London Fields campaigners hit out at plans for housing block on Morland Estate – for a second time

A group of residents of Morland Estate, London Fields, are angry at the council's decision to sell s

A group of residents of Morland Estate, London Fields, are angry at the council's decision to sell somepublic garages. - Credit: Archant

London Fields campaigners have panned designs for a pair of large new homes on their estate for a second time – and so have independent consultants they hired.

London Fields West LLP shelved its application to build on a plot of land on the Morland Estate in November 2016 after protests from angry neighbours about its four-and-a-half storey height.

The council sold the site in London Fields West Side, not far from the lido, for £457,000 at an auction four years ago. People living on Morland had wanted it for a community garden.

After meeting with neighbours, the developers returned last month with revised proposals for a three-and-a-half storey block, though it would be one storey high facing Richmond Road.

But campaigners and Quadrant Town Planning – a firm hired by one neighbour – say it’s still too tall.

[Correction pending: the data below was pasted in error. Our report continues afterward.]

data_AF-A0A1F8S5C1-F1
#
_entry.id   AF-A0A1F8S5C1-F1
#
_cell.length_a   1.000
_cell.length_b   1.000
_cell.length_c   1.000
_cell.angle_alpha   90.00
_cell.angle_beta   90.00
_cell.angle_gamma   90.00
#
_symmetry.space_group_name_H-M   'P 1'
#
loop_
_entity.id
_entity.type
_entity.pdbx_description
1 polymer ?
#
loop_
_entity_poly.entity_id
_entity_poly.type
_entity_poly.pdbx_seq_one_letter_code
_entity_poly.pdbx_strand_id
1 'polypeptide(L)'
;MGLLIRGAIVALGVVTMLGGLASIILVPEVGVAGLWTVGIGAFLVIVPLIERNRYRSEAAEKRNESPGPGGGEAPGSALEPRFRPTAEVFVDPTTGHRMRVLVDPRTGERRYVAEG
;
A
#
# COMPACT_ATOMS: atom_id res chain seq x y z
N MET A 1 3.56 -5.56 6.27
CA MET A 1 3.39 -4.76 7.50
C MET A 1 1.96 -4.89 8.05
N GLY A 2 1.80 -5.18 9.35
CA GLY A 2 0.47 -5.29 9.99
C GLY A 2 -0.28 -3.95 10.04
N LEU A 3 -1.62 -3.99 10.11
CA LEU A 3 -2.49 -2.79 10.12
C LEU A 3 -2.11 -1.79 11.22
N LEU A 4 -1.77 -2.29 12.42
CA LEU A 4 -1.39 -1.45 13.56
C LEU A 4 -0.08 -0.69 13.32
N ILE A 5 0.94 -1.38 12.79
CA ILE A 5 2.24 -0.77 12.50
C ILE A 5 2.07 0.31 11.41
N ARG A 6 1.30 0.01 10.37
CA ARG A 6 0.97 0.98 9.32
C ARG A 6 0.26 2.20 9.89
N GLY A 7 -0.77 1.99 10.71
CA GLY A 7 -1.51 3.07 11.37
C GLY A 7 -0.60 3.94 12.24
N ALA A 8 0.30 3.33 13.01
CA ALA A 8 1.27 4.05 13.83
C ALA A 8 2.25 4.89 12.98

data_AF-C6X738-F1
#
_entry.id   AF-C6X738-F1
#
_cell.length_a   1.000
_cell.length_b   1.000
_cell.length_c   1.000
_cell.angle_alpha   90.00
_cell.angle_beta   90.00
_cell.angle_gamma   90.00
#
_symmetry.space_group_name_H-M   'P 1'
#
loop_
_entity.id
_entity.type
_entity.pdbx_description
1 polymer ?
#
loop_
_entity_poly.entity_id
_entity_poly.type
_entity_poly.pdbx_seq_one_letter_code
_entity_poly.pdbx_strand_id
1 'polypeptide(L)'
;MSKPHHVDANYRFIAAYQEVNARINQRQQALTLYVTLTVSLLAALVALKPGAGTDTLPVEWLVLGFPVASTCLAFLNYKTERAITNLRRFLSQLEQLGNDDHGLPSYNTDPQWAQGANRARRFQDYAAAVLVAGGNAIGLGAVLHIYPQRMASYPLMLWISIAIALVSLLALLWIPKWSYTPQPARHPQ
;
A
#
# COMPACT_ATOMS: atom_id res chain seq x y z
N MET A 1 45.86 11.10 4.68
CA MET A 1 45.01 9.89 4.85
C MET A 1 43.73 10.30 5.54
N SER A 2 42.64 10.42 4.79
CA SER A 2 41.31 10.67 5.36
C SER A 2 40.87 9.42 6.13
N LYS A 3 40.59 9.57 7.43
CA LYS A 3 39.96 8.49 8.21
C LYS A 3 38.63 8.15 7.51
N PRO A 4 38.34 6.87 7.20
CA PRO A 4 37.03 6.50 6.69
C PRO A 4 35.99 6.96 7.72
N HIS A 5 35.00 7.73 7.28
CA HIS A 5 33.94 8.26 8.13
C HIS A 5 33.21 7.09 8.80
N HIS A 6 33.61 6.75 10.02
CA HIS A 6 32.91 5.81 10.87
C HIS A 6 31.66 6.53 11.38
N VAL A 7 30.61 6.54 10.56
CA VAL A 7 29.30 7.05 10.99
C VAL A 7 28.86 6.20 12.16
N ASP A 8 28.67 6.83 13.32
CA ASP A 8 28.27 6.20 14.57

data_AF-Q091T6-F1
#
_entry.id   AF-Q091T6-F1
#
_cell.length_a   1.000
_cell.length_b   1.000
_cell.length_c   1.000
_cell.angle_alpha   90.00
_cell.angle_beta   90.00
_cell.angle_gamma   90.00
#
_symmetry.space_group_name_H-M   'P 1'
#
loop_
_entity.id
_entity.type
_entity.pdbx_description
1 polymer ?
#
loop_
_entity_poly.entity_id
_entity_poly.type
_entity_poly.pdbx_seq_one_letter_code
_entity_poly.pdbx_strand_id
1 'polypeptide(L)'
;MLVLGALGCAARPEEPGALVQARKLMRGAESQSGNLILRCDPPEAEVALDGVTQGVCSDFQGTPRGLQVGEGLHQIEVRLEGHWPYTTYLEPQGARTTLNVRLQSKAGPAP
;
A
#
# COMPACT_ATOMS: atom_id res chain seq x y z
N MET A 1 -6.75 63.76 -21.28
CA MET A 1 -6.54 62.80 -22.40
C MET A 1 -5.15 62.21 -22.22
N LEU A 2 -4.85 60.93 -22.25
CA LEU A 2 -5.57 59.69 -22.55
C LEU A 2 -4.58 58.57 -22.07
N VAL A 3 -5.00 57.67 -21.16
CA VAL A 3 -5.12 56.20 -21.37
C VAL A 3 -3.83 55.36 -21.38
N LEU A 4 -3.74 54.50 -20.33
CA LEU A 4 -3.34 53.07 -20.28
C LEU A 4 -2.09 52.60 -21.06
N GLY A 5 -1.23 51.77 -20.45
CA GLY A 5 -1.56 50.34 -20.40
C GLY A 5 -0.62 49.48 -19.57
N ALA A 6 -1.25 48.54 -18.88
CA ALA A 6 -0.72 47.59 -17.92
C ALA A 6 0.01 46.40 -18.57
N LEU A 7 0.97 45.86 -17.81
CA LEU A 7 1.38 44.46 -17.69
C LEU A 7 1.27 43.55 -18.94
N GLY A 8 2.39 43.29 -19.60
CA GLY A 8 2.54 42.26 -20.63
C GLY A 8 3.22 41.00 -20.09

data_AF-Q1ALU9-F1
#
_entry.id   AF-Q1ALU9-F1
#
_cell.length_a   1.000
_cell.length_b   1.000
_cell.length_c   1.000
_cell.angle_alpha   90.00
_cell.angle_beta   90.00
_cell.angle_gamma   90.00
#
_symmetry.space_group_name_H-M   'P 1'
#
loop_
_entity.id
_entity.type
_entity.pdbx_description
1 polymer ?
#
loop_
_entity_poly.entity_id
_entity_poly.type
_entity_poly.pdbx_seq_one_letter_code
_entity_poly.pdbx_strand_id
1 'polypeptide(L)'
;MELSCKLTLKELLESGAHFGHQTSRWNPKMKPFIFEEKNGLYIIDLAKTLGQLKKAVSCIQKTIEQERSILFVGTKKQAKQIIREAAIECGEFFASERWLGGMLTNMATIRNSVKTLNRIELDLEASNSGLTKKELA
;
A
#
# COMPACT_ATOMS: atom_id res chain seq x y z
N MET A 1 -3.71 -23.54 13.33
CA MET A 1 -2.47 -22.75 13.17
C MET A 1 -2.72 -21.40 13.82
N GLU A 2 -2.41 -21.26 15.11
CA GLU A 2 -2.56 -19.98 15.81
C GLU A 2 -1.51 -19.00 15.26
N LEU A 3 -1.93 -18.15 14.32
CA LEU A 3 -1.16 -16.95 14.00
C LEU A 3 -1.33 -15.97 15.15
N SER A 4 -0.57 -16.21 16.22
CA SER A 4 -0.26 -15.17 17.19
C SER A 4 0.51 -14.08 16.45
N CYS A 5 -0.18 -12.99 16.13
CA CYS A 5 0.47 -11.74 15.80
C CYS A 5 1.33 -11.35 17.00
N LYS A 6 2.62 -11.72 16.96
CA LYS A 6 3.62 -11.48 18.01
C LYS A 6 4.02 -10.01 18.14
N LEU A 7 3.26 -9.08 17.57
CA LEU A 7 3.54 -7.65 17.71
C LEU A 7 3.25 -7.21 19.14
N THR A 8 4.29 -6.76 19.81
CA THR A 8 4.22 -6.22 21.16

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Quadrant’s report states: “The proposed development represents overdevelopment of the site, leading to a consequential impact on [our client’s property], resulting in a loss of privacy, loss of outlook, visual dominance and loss of daylight and sunlight.”

Quadrant says the scheme would reduce neighbour sunlight by 28 per cent – leaving light levels below guidelines.

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Julian Blake, chair of the Morland Blanchard TRA, which represents 300 people, said developers met neighbours in November to discuss the plans.

“Despite minor changes,” he said, “the revised proposal remains for a building that is too dominant for a tiny site. Neighbours are set to lose privacy and light to an unacceptable level.

“The council sold off the land at auction in 2013, securing way more than the guideline price for a single dwelling.

“This has put the developer under pressure to increase its return.

“The result it seems is thatm legitimate neighbour concerns about loss of light and privacy have come second to a desire to maximise profit from the site.”

Stephen Chance, of Chance de Silva, said: “We are disappointed Morland TRA opposes our proposal. It seems some people are still angry with the council for selling the site.

“The design has been significantly amended to respond to their original concerns.

“We think the project will have very little, if any, impact on most residents of the Morland estate.”

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